FAQ: A synthetic peptide corresponding to an ELISA-positive sequence does not bind my target.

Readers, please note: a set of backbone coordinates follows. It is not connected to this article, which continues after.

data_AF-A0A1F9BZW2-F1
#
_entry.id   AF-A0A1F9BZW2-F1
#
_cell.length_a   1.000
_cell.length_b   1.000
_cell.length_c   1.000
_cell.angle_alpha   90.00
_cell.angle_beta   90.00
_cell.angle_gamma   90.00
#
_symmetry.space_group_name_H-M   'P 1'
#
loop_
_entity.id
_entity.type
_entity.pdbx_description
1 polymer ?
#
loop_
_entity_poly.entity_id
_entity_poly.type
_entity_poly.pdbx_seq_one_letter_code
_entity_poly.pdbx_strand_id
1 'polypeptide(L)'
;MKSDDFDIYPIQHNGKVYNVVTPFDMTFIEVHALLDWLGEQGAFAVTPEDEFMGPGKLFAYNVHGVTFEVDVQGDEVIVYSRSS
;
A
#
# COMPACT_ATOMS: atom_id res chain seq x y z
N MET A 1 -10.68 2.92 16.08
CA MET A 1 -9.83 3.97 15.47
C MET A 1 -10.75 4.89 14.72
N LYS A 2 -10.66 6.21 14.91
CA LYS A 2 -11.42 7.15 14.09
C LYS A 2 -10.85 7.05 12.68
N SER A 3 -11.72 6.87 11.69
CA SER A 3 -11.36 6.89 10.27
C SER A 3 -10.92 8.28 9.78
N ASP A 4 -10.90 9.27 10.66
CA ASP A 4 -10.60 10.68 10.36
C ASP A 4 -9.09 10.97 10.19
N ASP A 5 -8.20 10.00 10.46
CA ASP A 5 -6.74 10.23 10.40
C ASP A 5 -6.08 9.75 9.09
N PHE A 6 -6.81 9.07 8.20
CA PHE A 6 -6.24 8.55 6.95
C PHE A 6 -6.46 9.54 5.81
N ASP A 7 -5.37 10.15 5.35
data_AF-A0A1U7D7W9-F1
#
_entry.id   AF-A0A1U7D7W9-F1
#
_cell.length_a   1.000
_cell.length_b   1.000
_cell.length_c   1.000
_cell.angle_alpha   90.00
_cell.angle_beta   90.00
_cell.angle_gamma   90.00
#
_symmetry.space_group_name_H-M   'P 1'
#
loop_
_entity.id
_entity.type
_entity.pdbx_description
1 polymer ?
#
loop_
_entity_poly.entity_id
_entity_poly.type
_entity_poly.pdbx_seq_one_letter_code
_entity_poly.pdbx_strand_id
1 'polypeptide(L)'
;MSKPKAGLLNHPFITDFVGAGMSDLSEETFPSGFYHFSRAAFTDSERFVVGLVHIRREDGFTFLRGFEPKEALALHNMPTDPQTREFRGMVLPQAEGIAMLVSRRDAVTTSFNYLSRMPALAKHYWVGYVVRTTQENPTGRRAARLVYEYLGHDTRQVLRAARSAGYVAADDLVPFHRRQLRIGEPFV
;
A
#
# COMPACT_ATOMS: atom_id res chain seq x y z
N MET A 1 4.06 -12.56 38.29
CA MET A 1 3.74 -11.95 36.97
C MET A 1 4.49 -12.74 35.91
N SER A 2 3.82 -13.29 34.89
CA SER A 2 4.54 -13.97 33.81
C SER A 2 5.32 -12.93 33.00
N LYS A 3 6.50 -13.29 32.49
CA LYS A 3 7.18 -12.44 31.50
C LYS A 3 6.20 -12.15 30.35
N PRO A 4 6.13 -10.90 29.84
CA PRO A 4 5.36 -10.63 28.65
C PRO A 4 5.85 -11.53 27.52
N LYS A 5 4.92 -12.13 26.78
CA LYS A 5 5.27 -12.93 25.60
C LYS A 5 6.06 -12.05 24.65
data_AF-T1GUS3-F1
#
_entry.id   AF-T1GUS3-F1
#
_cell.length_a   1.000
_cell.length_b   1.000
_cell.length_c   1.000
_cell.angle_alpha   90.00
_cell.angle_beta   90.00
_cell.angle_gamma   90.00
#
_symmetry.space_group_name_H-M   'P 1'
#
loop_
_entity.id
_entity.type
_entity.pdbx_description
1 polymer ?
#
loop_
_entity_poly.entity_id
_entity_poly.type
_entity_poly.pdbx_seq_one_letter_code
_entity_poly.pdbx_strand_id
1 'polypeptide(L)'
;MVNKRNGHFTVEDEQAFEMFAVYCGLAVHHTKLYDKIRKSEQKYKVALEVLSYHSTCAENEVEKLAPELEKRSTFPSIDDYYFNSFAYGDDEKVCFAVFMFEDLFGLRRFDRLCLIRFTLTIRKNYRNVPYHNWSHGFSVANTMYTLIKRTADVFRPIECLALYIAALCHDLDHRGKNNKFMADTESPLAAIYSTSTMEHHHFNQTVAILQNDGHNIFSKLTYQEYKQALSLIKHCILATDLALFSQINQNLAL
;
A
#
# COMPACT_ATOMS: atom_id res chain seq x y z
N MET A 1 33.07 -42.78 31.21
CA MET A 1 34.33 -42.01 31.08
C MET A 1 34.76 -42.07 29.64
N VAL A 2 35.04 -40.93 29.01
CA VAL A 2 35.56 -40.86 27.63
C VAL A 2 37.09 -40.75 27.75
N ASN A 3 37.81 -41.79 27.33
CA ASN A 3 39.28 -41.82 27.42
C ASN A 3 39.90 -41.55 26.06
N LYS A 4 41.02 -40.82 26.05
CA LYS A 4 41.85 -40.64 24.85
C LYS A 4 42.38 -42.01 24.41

If a selected sequence binds the target in the context of intact phage, but not as a synthetic peptide, it is possible that the selected sequence requires additional elements from the adjacent spacer sequence for binding. Bear in mind that, while the N-terminus of the selected peptide sequence was free during panning, the C-terminus was fused to the phage. Furthermore, the C-terminal residue of the selected sequence did NOT have a free negatively-charged carboxylate during panning, so a simple synthetic peptide with a free carboxy terminus will introduce a negatively charged group at a position occupied by a neutral peptide bond during panning, which may completely abolish binding. When designing synthetic peptides corresponding to selected sequences, we recommend adding the spacer sequence Gly-Gly-Gly-Ser to the C-terminus, and if possible, amidating the C- terminal carboxylate to block the negative charge. For chemical conjugation of the peptide to a reporter enzyme, the C-terminal serine can be replaced with cysteine (if there are no other cysteines present in the sequence). The resulting peptide thiol can be easily coupled to maleimide-activated HRP or alkaline phosphatase (both available from Pierce).